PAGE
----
I’m almost positive this is true. I saw an ad on facebook for Victorian corsets. I mentioned in passing to my friend that I’d like a corset, but not a black and red Hot Topic one, a straight-up old school one. I wasn’t on Instagram, I have not done ANY searching online for them, and there are NONE pinned on my Pinterest, even. And I didn’t even turn on the mic on my phone. There was no other explanation than the fact that they have the ability to turn the mic on for you. This scares the ever-loving shit out of me, and it wasn’t the first time it’d happened, either. It was just one of the examples that stuck in my mind because there was literally no record of me expressing an interest in that item except verbally speaking to a friend
So I have been testing this throughout the day using three different phones. I have concluded that Facebook and Instagram are utilizing location tracking and microphone access to provide targeted ads. Each phone I spoke about different things in different rooms, with and without the settings enabled.
Each phone I scrolled through 10 pages. I ensured no background noise interfered and my wife made sure she didn’t talk about anything when the settings were enabled.
Phone 1 – I spoke about House of Cards, Australia, Outback Steakhouse and baby toys.
Phone 2 – I spoke about Biking, Hunting, Laptops and video games.
Phone 3 – I spoke about printers, CCNA tests, Harry potter and getting a new bed.
Sure enough a few hours later I would see ads relating to all of these things. We saw an increase in ads relating to Netflix, Cisco routers… Everything. My wife, my brother and I all removed the applications from our phones permanently. This is the scariest thing ever. This can’t legal. When we gave these apps access to those things I was under the impression it was being used for videos we’d record and post to Facebook and to Instagram.. Not to target ads to us.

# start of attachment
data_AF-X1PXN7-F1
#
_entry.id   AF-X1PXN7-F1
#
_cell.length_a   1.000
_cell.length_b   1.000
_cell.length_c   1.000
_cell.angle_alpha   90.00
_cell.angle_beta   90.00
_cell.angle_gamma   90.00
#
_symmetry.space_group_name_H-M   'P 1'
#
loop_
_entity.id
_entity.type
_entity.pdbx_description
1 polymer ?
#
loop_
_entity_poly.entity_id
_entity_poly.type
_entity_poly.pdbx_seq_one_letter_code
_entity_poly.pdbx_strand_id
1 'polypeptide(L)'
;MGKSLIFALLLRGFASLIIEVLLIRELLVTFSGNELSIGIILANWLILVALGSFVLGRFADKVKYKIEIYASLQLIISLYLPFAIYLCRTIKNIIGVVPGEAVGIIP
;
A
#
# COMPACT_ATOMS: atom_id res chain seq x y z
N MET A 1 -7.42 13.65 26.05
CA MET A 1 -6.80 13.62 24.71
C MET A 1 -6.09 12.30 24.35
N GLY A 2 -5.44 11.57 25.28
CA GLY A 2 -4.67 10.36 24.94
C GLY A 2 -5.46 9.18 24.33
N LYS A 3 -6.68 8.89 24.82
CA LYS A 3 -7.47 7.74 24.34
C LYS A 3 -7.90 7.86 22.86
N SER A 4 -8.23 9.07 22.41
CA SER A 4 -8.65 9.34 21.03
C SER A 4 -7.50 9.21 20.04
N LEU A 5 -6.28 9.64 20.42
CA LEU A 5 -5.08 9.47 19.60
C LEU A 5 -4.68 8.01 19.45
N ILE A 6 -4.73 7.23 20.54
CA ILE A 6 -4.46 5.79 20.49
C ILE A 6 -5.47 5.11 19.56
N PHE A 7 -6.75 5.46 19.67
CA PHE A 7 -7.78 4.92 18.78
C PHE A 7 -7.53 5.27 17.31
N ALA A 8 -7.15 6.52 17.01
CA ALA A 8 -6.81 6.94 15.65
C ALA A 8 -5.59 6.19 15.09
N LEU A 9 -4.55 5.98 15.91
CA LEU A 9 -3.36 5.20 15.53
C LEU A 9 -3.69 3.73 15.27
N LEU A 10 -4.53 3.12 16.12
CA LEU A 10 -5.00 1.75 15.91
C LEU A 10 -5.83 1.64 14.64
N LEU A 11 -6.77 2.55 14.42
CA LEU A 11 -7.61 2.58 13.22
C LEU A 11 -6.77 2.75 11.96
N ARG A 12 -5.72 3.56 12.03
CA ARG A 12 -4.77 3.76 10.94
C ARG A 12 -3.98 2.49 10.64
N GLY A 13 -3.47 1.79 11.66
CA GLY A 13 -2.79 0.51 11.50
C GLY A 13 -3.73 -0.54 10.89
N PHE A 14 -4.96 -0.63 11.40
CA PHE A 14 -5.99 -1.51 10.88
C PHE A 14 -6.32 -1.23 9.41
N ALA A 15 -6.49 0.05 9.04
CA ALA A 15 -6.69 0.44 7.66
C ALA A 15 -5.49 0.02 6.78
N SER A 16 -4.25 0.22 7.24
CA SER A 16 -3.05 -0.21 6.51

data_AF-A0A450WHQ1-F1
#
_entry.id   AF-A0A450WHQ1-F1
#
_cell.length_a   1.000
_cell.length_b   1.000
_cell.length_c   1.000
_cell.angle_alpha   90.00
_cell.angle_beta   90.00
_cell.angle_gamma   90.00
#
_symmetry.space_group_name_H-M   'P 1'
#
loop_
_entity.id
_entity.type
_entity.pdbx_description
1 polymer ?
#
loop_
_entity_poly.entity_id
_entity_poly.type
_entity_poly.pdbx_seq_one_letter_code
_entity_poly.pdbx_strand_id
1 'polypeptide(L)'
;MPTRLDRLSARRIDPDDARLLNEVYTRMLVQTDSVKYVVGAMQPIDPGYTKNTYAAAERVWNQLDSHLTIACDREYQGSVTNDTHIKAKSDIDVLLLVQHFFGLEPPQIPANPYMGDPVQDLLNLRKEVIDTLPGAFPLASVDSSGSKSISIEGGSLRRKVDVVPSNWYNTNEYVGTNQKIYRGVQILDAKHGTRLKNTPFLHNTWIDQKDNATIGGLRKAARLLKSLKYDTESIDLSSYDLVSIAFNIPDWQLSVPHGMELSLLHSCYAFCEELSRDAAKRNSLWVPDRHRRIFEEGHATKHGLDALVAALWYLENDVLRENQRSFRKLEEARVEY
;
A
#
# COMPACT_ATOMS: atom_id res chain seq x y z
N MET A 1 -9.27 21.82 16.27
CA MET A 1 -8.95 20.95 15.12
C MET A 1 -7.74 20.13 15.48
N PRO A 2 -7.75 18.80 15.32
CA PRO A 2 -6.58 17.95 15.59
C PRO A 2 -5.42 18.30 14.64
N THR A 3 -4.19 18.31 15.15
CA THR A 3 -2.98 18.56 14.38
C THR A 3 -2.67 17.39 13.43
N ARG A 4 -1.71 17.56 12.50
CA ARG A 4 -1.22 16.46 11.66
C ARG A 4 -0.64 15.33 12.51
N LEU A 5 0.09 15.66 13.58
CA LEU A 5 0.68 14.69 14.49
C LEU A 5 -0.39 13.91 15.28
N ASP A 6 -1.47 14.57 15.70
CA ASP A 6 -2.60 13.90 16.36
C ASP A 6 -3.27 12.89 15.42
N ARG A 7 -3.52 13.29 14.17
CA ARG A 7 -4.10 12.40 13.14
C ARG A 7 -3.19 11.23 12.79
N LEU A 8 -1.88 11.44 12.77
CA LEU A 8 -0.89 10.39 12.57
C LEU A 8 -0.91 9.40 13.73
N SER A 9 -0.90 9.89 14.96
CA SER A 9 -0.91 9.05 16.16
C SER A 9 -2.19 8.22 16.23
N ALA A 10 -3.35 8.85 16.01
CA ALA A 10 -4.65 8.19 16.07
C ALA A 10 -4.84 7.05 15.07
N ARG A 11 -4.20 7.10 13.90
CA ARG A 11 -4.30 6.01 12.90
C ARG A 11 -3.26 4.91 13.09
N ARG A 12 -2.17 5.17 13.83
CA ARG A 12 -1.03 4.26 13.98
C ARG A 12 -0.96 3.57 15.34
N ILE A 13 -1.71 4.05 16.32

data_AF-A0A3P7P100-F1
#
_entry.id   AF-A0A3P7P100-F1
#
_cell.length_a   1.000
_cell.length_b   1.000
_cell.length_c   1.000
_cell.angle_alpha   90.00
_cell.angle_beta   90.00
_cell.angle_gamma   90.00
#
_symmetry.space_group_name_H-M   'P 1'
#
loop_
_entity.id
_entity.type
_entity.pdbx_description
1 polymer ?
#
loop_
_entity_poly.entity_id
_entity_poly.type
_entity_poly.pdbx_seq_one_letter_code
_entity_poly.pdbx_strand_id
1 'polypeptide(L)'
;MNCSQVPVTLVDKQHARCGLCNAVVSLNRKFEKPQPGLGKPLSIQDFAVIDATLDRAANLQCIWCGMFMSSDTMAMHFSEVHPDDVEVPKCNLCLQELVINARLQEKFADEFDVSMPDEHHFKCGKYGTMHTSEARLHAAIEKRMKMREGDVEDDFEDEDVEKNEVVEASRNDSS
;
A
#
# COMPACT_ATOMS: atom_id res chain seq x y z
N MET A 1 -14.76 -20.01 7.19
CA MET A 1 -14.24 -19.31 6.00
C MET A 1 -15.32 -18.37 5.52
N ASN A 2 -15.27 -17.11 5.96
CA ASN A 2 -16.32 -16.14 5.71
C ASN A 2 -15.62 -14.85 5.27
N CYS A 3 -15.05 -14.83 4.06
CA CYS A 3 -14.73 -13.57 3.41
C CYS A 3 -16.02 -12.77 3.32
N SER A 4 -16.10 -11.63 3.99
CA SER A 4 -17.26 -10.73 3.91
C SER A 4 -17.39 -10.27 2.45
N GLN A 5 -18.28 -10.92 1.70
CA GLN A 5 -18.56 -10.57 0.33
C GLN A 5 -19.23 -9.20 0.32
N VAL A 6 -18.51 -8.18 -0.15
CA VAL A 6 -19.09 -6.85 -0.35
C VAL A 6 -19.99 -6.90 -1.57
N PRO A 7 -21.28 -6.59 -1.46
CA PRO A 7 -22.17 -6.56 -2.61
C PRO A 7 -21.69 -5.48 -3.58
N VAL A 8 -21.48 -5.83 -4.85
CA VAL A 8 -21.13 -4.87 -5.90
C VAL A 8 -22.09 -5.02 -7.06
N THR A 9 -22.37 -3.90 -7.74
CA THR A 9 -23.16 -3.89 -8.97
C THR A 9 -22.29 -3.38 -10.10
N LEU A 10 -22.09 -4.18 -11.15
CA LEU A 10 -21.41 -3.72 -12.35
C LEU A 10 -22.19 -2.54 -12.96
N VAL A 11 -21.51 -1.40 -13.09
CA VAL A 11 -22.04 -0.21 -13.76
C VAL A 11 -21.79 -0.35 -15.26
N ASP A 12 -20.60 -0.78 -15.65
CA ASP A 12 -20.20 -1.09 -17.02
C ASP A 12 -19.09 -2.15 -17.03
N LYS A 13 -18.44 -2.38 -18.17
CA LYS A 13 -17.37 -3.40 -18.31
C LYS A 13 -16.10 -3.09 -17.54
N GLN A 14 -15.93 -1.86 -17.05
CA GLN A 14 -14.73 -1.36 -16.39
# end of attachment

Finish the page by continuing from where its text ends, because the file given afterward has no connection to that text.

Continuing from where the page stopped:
We have been doing our taxes and we spoke about social security numbers and all that stuff. Who knows what the person listening on the other side if there are any is doing with that information.
It’s not (just) Instagram, it’s the Facebook app itself. The Twitter app has started too. I noticed this weird phenomenon about 2 years ago. I thought at first that since Facebook’s business model is to be the best-tailored ad machine to you, that it was working as expected, and that it was mere coincidence. But then the coincidences kept happening. The coincidences kept happening after verbal conversations too.
I was talking with a friend about basketball, and then I started getting ads about the NCAA tournament.
I talked to another friend about whether I could ever afford to buy a house, and then 30 minutes later, I started to get ads about home mortgages.
My girlfriend and I were talking about engagement, and then we BOTH started to get ads about engagement rings.
My girlfriend was talking to me about candy. Then we BOTH got the same Twitter sponsored post for Skittles.
I was watching a financial documentary, and then got ads on the Twitter app about financial services. This one was particularly interesting – it’s normal to get widespread sponsored posts that have tens of thousands of retweets and favorites. This sponsored ad was from an unheard-of financial services company, that had 10 followers, and the post had 1 favorite.
Again, it really could only have gotten these ad hints from audible conversation, not from the content of my posts or chats. It was very very interesting to me. I’ve deleted both the Facebook and Twitter apps (as well as my Facebook account) and it hasn’t happened again.